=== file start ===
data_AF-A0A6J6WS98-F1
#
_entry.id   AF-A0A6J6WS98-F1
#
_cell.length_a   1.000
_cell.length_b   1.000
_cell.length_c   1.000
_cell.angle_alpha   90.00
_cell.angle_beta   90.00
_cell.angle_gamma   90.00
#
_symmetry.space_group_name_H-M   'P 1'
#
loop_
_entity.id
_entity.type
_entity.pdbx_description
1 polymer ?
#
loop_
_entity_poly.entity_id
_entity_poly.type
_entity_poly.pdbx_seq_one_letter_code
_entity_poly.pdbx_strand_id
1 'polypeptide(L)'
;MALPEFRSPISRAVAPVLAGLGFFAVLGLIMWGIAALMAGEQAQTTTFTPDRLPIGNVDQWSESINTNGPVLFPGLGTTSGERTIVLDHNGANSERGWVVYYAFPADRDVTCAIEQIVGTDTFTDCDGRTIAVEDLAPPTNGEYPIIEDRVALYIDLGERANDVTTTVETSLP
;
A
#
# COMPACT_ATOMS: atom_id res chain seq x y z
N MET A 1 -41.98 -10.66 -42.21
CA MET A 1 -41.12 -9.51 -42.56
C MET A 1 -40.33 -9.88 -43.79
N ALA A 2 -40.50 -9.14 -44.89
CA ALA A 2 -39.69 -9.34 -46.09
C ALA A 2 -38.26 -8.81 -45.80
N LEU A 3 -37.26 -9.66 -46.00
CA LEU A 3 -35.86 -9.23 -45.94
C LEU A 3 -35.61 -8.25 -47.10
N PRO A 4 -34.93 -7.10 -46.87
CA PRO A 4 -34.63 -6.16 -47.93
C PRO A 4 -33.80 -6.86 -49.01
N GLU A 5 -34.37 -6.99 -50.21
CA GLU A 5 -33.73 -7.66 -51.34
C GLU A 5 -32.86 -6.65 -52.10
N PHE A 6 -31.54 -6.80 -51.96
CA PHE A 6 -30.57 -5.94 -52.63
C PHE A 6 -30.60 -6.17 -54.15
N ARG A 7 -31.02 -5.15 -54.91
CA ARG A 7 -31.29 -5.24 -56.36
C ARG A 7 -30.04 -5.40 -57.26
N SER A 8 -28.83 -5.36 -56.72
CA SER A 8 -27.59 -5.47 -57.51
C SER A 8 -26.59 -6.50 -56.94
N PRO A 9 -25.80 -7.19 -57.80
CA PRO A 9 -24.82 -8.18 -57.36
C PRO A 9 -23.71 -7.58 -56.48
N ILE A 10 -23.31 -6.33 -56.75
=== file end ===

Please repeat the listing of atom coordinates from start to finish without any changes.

data_AF-A0A6J6WS98-F1
#
_entry.id   AF-A0A6J6WS98-F1
#
_cell.length_a   1.000
_cell.length_b   1.000
_cell.length_c   1.000
_cell.angle_alpha   90.00
_cell.angle_beta   90.00
_cell.angle_gamma   90.00
#
_symmetry.space_group_name_H-M   'P 1'
#
loop_
_entity.id
_entity.type
_entity.pdbx_description
1 polymer ?
#
loop_
_entity_poly.entity_id
_entity_poly.type
_entity_poly.pdbx_seq_one_letter_code
_entity_poly.pdbx_strand_id
1 'polypeptide(L)'
;MALPEFRSPISRAVAPVLAGLGFFAVLGLIMWGIAALMAGEQAQTTTFTPDRLPIGNVDQWSESINTNGPVLFPGLGTTSGERTIVLDHNGANSERGWVVYYAFPADRDVTCAIEQIVGTDTFTDCDGRTIAVEDLAPPTNGEYPIIEDRVALYIDLGERANDVTTTVETSLP
;
A
#
# COMPACT_ATOMS: atom_id res chain seq x y z
N MET A 1 -41.98 -10.66 -42.21
CA MET A 1 -41.12 -9.51 -42.56
C MET A 1 -40.33 -9.88 -43.79
N ALA A 2 -40.50 -9.14 -44.89
CA ALA A 2 -39.69 -9.34 -46.09
C ALA A 2 -38.26 -8.81 -45.80
N LEU A 3 -37.26 -9.66 -46.00
CA LEU A 3 -35.86 -9.23 -45.94
C LEU A 3 -35.61 -8.25 -47.10
N PRO A 4 -34.93 -7.10 -46.87
CA PRO A 4 -34.63 -6.16 -47.93
C PRO A 4 -33.80 -6.86 -49.01
N GLU A 5 -34.37 -6.99 -50.21
CA GLU A 5 -33.73 -7.66 -51.34
C GLU A 5 -32.86 -6.65 -52.10
N PHE A 6 -31.54 -6.80 -51.96
CA PHE A 6 -30.57 -5.94 -52.63
C PHE A 6 -30.60 -6.17 -54.15
N ARG A 7 -31.02 -5.15 -54.91
CA ARG A 7 -31.29 -5.24 -56.36
C ARG A 7 -30.04 -5.40 -57.26
N SER A 8 -28.83 -5.36 -56.72
CA SER A 8 -27.59 -5.47 -57.51
C SER A 8 -26.59 -6.50 -56.94
N PRO A 9 -25.80 -7.19 -57.80
CA PRO A 9 -24.82 -8.18 -57.36
C PRO A 9 -23.71 -7.58 -56.48
N ILE A 10 -23.31 -6.33 -56.75